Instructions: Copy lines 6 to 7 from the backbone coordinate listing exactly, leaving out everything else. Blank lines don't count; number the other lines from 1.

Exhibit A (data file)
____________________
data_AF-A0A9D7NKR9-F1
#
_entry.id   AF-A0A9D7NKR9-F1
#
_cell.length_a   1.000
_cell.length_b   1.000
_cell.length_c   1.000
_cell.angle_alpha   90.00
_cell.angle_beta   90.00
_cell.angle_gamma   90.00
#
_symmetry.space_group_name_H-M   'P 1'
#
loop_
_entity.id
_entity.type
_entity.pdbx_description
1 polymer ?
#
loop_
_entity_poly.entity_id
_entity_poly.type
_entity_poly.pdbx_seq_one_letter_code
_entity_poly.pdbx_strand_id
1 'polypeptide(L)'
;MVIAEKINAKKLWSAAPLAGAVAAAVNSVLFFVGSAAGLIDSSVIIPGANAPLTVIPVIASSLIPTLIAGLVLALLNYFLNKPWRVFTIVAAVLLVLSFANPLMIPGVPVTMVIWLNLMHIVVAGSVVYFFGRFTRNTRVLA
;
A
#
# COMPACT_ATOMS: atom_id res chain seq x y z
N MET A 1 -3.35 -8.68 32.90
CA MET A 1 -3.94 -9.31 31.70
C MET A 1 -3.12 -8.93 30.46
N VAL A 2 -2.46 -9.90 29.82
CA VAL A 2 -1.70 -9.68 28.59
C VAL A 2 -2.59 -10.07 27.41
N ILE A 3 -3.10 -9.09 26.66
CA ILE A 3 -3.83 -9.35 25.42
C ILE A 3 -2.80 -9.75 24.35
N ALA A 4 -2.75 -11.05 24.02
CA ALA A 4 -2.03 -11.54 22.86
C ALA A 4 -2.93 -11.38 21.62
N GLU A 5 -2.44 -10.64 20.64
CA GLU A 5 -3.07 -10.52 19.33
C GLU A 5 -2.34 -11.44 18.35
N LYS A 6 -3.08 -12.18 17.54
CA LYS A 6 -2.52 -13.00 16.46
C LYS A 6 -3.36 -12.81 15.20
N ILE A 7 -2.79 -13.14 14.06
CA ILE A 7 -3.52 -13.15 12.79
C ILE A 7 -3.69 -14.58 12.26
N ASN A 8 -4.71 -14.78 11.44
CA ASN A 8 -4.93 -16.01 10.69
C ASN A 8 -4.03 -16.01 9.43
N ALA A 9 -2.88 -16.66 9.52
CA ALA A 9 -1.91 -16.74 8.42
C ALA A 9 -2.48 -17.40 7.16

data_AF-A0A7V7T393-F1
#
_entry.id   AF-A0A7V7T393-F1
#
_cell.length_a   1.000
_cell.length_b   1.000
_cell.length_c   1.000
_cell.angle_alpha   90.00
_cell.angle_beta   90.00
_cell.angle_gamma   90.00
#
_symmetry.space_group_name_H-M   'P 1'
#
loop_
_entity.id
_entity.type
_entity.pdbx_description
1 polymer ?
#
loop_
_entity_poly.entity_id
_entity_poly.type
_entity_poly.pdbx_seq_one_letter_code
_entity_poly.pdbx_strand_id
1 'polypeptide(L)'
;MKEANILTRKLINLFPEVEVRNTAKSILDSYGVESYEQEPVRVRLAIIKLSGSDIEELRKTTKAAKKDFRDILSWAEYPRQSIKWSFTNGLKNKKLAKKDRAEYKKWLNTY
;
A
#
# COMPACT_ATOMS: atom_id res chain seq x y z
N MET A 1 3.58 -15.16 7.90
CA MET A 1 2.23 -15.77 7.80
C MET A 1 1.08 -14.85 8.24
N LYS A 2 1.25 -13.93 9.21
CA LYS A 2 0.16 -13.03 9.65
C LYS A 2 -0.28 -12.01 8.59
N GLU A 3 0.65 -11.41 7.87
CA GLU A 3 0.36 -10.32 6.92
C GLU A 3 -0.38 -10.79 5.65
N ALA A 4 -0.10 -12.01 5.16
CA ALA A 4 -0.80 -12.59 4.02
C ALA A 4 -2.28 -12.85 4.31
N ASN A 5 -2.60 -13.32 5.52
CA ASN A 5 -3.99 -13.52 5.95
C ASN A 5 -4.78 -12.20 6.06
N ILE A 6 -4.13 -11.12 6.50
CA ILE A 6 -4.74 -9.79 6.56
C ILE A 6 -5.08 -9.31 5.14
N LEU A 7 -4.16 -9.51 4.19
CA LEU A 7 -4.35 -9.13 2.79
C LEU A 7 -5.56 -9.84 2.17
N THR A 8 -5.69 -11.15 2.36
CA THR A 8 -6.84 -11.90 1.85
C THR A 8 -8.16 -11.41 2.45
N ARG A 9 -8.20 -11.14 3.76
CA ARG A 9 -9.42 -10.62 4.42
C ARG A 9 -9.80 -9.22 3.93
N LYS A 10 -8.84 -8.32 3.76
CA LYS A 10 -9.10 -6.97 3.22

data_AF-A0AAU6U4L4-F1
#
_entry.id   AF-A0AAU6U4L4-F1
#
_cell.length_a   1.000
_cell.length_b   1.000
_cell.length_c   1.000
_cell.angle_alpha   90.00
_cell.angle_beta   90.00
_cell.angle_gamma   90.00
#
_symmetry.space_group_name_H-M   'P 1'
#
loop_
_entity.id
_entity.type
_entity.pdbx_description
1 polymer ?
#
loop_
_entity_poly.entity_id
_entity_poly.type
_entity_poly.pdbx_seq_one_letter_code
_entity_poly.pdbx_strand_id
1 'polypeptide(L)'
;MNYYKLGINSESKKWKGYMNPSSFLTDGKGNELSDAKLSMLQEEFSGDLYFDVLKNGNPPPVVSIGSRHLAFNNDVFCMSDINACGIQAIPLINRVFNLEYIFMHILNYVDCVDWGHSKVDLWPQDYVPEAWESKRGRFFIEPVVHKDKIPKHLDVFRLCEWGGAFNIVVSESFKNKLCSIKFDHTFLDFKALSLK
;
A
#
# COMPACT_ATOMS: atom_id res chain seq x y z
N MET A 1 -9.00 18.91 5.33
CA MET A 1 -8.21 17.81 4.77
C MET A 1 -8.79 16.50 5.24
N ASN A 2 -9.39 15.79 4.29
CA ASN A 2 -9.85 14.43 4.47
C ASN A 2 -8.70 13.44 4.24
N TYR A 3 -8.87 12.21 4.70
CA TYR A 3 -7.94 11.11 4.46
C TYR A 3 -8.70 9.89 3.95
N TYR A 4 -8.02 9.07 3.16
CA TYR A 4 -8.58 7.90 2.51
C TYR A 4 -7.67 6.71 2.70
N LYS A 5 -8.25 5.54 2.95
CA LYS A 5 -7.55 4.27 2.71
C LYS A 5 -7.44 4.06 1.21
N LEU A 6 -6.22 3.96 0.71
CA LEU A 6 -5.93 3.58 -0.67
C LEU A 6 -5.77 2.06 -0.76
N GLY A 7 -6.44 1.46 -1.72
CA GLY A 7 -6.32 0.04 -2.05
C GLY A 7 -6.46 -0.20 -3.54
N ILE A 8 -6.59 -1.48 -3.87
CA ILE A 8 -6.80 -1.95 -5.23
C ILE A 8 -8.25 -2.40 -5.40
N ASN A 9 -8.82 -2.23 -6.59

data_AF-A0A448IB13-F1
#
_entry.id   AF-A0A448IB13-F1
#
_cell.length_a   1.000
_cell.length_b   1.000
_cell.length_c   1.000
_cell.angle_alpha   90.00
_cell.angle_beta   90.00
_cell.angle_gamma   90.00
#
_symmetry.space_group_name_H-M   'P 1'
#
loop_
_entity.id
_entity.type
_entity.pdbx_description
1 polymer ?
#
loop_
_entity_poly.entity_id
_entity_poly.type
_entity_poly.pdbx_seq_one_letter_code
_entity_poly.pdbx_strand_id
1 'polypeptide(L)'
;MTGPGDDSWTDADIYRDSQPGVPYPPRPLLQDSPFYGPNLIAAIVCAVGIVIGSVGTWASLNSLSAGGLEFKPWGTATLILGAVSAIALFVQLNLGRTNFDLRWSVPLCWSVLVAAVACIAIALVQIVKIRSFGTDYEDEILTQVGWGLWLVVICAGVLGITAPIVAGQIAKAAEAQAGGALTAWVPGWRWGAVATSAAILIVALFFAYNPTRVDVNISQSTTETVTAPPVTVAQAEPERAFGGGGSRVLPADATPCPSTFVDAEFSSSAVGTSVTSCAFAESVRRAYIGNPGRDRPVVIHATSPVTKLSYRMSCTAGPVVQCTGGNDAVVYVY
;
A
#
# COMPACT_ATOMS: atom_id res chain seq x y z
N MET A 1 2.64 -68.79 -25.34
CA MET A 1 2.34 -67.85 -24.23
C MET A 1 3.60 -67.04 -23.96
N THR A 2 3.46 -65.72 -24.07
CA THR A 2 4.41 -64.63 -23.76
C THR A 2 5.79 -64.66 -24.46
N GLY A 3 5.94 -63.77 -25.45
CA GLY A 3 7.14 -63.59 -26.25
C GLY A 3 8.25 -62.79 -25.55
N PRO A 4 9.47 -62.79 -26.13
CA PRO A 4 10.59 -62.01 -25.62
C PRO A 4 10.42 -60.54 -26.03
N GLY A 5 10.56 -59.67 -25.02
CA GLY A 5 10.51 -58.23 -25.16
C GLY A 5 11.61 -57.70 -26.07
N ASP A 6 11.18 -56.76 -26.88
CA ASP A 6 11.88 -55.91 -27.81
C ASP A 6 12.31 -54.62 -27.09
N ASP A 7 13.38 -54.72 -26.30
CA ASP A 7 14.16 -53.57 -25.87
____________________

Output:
_cell.length_b   1.000
_cell.length_c   1.000